But that is not the end of the story. John spent all of his time lowering himself, bowing low in humility before the coming One. Jesus did exactly the opposite; He spent all of His time exalting John. In the Gospel according to Saint Matthew, Christ declares, “Truly, I say to you, among those born of women there has arisen no one greater than John the Baptist.” Jesus exalts John to the first place among the apostles and prophets, all those who pointed to the coming Messiah. John isn’t optional to the story of Jesus, he is essential, because he revealed Jesus to Israel as the coming One, the One who would fulfill all of the promises God had given through the prophets of old. When John tried to prevent Jesus from being baptized, our Lord declared, “Let it be so now, for thus it is fitting for us to fulfill all righteousness.” John was essential to the plan of salvation, he was needed to fulfill all righteousness, for John baptized Jesus into the baptism of sinners, revealing Him as the sin-bearer, the beloved Son of the Father who would take the sin of the world away. Jesus exalts John not because John was so accomplished, or so talented, or had so much wealth. Jesus exalts John because of his humble witness. Jesus exalts John because John didn’t exalt himself.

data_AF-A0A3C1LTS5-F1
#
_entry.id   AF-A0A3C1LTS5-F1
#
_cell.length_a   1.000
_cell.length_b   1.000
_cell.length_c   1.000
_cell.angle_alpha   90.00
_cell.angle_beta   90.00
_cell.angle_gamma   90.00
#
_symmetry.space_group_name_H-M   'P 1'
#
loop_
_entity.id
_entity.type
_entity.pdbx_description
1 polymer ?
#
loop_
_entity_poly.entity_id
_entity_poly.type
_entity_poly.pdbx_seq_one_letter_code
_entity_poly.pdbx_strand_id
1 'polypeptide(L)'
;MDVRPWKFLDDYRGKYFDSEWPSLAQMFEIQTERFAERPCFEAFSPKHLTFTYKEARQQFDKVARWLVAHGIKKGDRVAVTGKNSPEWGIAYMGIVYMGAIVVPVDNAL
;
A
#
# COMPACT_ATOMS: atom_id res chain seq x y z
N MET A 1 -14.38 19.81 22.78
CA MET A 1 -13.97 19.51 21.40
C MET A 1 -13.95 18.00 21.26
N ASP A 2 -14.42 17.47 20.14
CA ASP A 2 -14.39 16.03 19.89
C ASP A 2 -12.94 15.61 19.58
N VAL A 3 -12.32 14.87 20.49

That is the great irony of the Gospel. We don’t have to waste our time exalting ourselves; that’s Jesus’ job! And it’s a task that He loves to do. Jesus exalts the humble. That is what He has come to do. The Law humbles you, showing you where you have rebelled against your loving Creator. Today, the Law has shone a light on your life and pointed out your selfishness, your exaltation of yourself instead of Jesus. You have been brought low by the Law, but take heart. Christ exalts the humble, those who have nothing to give Him but their sin. He came to raise up sinners, to surrender everything for them. He began this task when John baptized Him with the waters of repentance. Jesus stood in the Jordan and submitted to the baptism of John as the sinless One in the place of sinners. Jesus came to humble Himself, to give up everything, even His own life, for the sake of sinners. But in His humiliation He was exalted. He was lifted up, exalted upon the bloody throne of the cross. Good Friday was the enthronement of our King. He wore not a crown of gold, but a crown of thorns. He did not establish His kingdom on terror or power, but on humility and service. John didn’t consider himself worthy to untie Jesus’ sandal; Jesus made Himself lower than any man in history upon the cross. There He showed His love for lowly sinners, for you and me. Jesus suffered all, even hell itself, for those whom He loved. Jesus humbled Himself so that you would be exalted.